Music Reviews



Silber Records

Nobly continuing their Lycia remaster/reissue campaign, which is, at the very modest least, as important as oxygen to anyone who, ummmm, has a soul or working ears, Silber is now three albums in and they’ve gotten to the highly influential Cold album. Even at the time of its 1996 release, it was hailed as a classic — the “alternative press” went into a tizzy over its poised mystery. And it has a fascinating fairytale backstory, too. Apparently this album marks the point at which the then-core trio of Lycia (David Galas, Mike VanPortfleet, Tara Vanflower) decided to up sticks from the desert and head east, settling in the colder climes of Ohio in a single household. Now I don’t wanna be so fucking bold as to suggest that this was Lycia’s defining Big Pink/Band moment, but yeah, it was their fucking Big Pink moment. If the Band has shown us anything, it’s that cold weather, woodsier climes, isolation, and living together and making music together can only result in great things. Cold is one of those things. Recorded over two winter months in early 1996, Lycia’s sound continues to evolve from earlier releases, away from the controlled chaos and toward a melancholic, dark purple cloud of stately atmospherics, with Vanflower’s vocals moving more to the fore as an equal with VanPorfleet’s, and a sound that seems to chart a course for the heart’s innermost secrets, deep inward, instead of upward toward space and the stars. A sound that is fragile as a tree branch bent by winter frost, but somehow inexorable and immovably solid at the same time.

What’s a guitar, what’s a synthesizer, what’re the effects pedals and delay used? It doesn’t fucking matter and you can’t fucking tell — that’s the genius of Lycia. The individual notes and chords and instruments blend into one dense, ornate cloud of sound that slowly drifts through your speakers and settles over you, warming you or chilling you to the bone, depending on your mood at the moment. How can an album be so unobtrusive and suffocating at the same time? Depends on how much you want to pay attention. Maybe a peripheral listen will garner you a wealth of pretty, melancholy ambiance, but closer, obsessive listens yield an altogether more strange and wonderful creation — Gothic baroque with a futurist manifesto. Space rock that fell to earth.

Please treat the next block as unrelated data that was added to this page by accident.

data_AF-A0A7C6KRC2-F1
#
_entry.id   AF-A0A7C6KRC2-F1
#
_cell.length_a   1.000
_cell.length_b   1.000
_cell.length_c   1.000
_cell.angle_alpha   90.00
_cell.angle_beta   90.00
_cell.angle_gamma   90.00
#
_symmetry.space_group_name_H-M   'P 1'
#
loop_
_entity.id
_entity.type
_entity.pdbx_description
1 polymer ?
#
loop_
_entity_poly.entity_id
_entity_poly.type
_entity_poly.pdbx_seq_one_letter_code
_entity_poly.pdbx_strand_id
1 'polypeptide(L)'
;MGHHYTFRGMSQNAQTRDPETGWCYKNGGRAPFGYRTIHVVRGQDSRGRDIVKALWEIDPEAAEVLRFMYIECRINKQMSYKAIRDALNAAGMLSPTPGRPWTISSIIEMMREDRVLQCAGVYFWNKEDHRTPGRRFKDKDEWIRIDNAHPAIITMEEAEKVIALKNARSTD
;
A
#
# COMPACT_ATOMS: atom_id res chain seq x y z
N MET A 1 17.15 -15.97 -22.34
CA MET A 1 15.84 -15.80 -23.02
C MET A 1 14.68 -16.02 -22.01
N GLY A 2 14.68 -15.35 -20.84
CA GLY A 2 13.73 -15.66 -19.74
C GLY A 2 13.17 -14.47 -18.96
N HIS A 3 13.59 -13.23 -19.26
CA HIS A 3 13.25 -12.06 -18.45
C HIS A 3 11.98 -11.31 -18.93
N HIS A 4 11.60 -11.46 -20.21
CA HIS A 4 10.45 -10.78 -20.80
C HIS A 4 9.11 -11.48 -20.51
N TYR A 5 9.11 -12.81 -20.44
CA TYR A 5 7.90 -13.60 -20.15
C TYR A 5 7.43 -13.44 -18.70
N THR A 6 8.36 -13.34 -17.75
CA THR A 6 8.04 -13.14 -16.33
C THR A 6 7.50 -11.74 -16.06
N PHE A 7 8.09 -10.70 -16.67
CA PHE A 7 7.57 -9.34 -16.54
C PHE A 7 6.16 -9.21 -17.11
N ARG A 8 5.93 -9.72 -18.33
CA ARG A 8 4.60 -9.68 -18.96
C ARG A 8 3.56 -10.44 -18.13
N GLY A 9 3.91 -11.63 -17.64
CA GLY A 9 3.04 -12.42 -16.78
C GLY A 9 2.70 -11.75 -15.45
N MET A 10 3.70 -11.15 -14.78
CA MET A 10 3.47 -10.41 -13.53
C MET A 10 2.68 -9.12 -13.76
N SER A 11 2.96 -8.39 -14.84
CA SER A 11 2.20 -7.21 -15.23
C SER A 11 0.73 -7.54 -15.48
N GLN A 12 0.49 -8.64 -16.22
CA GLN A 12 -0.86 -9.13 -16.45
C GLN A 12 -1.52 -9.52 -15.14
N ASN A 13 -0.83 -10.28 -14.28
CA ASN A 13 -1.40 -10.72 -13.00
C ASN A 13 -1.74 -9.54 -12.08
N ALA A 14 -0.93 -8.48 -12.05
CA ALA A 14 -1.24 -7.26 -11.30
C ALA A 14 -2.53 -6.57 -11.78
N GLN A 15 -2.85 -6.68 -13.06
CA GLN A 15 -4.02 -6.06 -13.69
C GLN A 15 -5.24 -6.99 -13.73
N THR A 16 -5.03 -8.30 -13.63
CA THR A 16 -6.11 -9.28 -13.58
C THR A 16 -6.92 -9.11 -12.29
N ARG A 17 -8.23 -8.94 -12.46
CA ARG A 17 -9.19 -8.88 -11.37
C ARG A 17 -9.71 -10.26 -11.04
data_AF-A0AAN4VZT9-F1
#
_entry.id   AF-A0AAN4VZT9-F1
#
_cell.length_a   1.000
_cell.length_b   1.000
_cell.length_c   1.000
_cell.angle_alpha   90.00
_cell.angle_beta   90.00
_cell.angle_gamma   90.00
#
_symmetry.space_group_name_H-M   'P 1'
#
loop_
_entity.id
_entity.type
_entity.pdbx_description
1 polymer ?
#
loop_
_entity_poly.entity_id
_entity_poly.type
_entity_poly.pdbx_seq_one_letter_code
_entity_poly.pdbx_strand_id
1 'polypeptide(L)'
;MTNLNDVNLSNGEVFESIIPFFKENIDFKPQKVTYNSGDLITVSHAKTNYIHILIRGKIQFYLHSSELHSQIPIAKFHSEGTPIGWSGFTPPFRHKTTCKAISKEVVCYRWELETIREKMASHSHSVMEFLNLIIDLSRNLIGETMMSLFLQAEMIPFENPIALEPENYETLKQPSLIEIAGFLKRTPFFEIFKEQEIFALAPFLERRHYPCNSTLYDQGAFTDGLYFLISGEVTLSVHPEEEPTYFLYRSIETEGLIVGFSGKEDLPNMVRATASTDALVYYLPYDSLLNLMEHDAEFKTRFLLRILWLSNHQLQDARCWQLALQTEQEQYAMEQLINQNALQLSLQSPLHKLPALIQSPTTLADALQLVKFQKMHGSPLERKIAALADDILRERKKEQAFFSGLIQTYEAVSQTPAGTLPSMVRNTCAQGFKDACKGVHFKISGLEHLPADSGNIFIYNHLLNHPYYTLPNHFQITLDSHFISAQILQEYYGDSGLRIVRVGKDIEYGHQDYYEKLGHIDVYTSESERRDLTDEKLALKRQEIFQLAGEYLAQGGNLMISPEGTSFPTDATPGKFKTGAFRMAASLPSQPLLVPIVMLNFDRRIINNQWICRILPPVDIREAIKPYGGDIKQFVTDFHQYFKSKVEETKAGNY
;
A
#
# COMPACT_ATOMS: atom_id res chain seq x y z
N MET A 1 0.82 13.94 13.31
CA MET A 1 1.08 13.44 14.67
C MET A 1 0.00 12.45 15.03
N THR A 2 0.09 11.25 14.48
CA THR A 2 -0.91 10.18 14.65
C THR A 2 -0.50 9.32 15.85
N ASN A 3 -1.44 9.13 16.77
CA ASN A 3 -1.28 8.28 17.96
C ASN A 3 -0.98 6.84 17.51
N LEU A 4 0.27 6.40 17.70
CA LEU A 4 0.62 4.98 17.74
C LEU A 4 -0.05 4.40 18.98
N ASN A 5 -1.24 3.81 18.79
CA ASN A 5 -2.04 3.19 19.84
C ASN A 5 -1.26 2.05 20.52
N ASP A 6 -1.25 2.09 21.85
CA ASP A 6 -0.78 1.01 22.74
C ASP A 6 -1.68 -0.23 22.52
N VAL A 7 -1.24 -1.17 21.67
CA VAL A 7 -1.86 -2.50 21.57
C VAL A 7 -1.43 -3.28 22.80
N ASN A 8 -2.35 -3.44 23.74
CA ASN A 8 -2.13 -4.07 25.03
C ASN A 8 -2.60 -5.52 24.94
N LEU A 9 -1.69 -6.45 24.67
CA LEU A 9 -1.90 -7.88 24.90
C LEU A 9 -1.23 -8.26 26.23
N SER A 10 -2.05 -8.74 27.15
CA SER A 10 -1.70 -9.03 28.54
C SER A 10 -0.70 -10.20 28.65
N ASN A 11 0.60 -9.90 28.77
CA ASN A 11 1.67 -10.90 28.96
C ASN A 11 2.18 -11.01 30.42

The guitar that begins “Bare” glistens like teardrops trickling down a cheek, rising up over a dark swirl of treated synths and percussive clicks, Vanflower and Mike VanPortfleet’s duets/shared vocals are a thing of difficult beauty — him sounding like a dying old man, her sounding like some sort of sprite trapped behind a wall of water — it’s not for the pop-minded, but with patience comes beauty! Other duets like “Drifting” are just too fucking beautiful, the slow pacing wringing maximum beauty out of every downcast note, the vocals so perfectly mismatched, but buoyed by lush blankets of honeyed sonics; it’s wonderful.

Or how Tara’s “Baltica” ends up sounding more like a warning than a song, with her guileless lalala’s opening up to wide vistas of tense, seesawing synthetic orchestration. The instrumental “Colder” definitely had to have been a huge influence on Xasthur — I can hear so much of the more melancholic moments of Forgotten Epitaph springing from this — the cavernous drum machine, the cabin fever synths, spidery interlocking guitar lines, no choruses, no urgency, just a movement toward entropy. The vocals only come in at the very end, like an undead Dead Can Dance. “Snowdrop” (sense a lyrical theme yet?) is a long, undulating swoon, shapeless synthwaves are given form by ringing piano chords, the percussion sounds like sleigh bells if you listen closely enough. Songs like “Polaris” are painstakingly crafted sirens’ songs. Vanflower’s voice trills and echoes between and around choirs of airy synths and electronic meres in a serpentine dance, before breaking into more violent and powerful storms.

After being storm-tossed for so long, the opiate calm of “Later” is a perfect closer; eyes blurred from laudanum or pick your poison, hazy curtains of slowly falling synths and insinuating guitar squiggles couch vocals that sound like the last remnants of a dying royal family, the court falling into sumptuous decay — a slow march into nothingness, and yet you want to follow them anywhere.

Silber Records:

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